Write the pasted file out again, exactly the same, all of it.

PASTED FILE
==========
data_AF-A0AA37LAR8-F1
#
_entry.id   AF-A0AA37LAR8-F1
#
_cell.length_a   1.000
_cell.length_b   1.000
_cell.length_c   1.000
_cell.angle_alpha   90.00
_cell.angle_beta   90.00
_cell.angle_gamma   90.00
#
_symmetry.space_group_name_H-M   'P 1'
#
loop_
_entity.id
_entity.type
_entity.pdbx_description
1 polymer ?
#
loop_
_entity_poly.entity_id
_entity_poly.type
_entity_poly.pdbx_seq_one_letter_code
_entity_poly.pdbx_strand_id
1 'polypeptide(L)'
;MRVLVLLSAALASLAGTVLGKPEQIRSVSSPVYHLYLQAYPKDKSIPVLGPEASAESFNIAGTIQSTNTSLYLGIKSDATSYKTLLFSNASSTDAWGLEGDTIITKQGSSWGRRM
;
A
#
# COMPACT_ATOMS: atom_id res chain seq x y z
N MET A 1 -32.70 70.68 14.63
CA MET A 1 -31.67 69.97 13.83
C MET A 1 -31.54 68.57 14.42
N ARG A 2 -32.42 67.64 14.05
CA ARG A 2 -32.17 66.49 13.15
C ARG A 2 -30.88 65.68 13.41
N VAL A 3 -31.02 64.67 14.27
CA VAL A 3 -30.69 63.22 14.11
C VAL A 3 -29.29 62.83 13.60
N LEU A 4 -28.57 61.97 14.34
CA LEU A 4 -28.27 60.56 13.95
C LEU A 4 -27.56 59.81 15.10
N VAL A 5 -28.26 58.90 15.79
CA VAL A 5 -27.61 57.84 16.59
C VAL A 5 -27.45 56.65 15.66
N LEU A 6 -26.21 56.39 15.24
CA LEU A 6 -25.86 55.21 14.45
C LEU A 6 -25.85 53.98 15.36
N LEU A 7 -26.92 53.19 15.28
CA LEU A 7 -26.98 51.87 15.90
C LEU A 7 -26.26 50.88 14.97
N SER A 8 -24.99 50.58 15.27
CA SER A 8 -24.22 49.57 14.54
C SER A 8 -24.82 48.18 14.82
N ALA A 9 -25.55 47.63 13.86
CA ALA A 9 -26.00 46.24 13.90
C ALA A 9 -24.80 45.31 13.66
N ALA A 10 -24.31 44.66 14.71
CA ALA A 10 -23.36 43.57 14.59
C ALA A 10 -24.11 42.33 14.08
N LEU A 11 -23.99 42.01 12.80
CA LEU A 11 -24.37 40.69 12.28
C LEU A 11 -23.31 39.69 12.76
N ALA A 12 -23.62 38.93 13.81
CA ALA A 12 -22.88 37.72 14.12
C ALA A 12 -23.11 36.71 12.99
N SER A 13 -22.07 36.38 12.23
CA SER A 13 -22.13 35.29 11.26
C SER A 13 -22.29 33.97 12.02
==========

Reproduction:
data_AF-A0AA37LAR8-F1
#
_entry.id   AF-A0AA37LAR8-F1
#
_cell.length_a   1.000
_cell.length_b   1.000
_cell.length_c   1.000
_cell.angle_alpha   90.00
_cell.angle_beta   90.00
_cell.angle_gamma   90.00
#
_symmetry.space_group_name_H-M   'P 1'
#
loop_
_entity.id
_entity.type
_entity.pdbx_description
1 polymer ?
#
loop_
_entity_poly.entity_id
_entity_poly.type
_entity_poly.pdbx_seq_one_letter_code
_entity_poly.pdbx_strand_id
1 'polypeptide(L)'
;MRVLVLLSAALASLAGTVLGKPEQIRSVSSPVYHLYLQAYPKDKSIPVLGPEASAESFNIAGTIQSTNTSLYLGIKSDATSYKTLLFSNASSTDAWGLEGDTIITKQGSSWGRRM
;
A
#
# COMPACT_ATOMS: atom_id res chain seq x y z
N MET A 1 -32.70 70.68 14.63
CA MET A 1 -31.67 69.97 13.83
C MET A 1 -31.54 68.57 14.42
N ARG A 2 -32.42 67.64 14.05
CA ARG A 2 -32.17 66.49 13.15
C ARG A 2 -30.88 65.68 13.41
N VAL A 3 -31.02 64.67 14.27
CA VAL A 3 -30.69 63.22 14.11
C VAL A 3 -29.29 62.83 13.60
N LEU A 4 -28.57 61.97 14.34
CA LEU A 4 -28.27 60.56 13.95
C LEU A 4 -27.56 59.81 15.10
N VAL A 5 -28.26 58.90 15.79
CA VAL A 5 -27.61 57.84 16.59
C VAL A 5 -27.45 56.65 15.66
N LEU A 6 -26.21 56.39 15.24
CA LEU A 6 -25.86 55.21 14.45
C LEU A 6 -25.85 53.98 15.36
N LEU A 7 -26.92 53.19 15.28
CA LEU A 7 -26.98 51.87 15.90
C LEU A 7 -26.26 50.88 14.97
N SER A 8 -24.99 50.58 15.27
CA SER A 8 -24.22 49.57 14.54
C SER A 8 -24.82 48.18 14.82
N ALA A 9 -25.55 47.63 13.86
CA ALA A 9 -26.00 46.24 13.90
C ALA A 9 -24.80 45.31 13.66
N ALA A 10 -24.31 44.66 14.71
CA ALA A 10 -23.36 43.57 14.59
C ALA A 10 -24.11 42.33 14.08
N LEU A 11 -23.99 42.01 12.80
CA LEU A 11 -24.37 40.69 12.28
C LEU A 11 -23.31 39.69 12.76
N ALA A 12 -23.62 38.93 13.81
CA ALA A 12 -22.88 37.72 14.12
C ALA A 12 -23.11 36.71 12.99
N SER A 13 -22.07 36.38 12.23
CA SER A 13 -22.13 35.29 11.26
C SER A 13 -22.29 33.97 12.02